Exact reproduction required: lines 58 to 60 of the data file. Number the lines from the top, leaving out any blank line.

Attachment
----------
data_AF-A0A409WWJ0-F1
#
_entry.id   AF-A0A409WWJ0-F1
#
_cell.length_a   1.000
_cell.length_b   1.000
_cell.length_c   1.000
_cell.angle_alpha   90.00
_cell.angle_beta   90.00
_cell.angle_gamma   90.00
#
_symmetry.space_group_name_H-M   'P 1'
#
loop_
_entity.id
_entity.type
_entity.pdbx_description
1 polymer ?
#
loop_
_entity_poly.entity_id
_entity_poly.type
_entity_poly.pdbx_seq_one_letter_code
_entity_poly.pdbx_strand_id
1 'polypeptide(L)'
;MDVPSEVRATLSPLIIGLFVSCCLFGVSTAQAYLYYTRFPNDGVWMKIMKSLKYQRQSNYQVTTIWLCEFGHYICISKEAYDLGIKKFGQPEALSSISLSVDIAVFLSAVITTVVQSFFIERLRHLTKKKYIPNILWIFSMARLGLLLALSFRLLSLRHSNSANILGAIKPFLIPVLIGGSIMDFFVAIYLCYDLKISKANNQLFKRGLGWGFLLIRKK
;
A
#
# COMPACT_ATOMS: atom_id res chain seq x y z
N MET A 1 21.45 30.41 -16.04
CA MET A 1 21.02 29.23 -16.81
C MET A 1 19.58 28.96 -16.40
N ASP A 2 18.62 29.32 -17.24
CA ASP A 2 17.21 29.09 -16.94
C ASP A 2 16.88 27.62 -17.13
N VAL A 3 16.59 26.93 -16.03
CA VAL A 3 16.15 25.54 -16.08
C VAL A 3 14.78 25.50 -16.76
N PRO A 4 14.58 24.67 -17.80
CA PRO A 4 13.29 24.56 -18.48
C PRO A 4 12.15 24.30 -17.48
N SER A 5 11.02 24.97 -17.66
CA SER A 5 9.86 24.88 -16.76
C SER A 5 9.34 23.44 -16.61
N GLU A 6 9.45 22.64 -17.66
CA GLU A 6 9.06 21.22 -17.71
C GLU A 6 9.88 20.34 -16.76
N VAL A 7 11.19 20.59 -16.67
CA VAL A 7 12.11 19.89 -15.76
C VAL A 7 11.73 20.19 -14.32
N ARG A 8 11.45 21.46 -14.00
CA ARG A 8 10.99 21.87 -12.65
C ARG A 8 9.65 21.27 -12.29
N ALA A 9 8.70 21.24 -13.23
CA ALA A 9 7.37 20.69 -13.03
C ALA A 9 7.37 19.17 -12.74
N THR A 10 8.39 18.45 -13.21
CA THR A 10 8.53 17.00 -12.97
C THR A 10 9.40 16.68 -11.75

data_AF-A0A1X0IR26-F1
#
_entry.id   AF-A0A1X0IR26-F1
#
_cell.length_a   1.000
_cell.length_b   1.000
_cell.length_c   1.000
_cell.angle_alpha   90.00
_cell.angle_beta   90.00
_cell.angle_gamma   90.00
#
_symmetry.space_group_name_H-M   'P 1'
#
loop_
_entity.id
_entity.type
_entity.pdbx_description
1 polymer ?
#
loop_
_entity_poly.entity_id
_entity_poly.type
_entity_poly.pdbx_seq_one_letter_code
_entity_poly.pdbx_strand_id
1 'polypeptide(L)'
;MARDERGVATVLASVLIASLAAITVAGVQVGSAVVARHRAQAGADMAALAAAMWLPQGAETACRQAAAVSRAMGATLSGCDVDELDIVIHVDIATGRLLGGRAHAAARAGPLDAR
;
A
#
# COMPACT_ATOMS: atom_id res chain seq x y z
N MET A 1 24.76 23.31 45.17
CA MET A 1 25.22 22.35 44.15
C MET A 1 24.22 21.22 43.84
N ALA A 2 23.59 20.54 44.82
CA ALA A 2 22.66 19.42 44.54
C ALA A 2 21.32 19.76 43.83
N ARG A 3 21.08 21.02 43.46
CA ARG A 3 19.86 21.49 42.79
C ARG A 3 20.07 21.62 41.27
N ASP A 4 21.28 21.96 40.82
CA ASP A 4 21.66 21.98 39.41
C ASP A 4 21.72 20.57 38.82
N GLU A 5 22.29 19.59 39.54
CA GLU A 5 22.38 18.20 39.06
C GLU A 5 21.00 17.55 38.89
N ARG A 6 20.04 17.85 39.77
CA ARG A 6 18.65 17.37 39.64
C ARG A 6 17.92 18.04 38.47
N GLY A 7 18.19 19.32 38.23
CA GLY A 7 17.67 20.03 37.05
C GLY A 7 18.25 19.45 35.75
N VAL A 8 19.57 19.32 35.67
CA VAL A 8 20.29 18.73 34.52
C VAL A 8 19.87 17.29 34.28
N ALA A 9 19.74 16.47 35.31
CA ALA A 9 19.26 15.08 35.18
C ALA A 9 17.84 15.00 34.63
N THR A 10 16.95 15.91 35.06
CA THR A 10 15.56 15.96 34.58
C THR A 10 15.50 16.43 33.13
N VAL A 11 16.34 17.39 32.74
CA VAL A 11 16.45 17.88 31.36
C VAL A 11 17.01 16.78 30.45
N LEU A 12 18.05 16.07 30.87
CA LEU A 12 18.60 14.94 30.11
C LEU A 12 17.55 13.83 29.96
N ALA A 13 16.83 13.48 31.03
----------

N THR A 10 8.39 18.45 -13.21
CA THR A 10 8.53 17.00 -12.97
C THR A 10 9.40 16.68 -11.75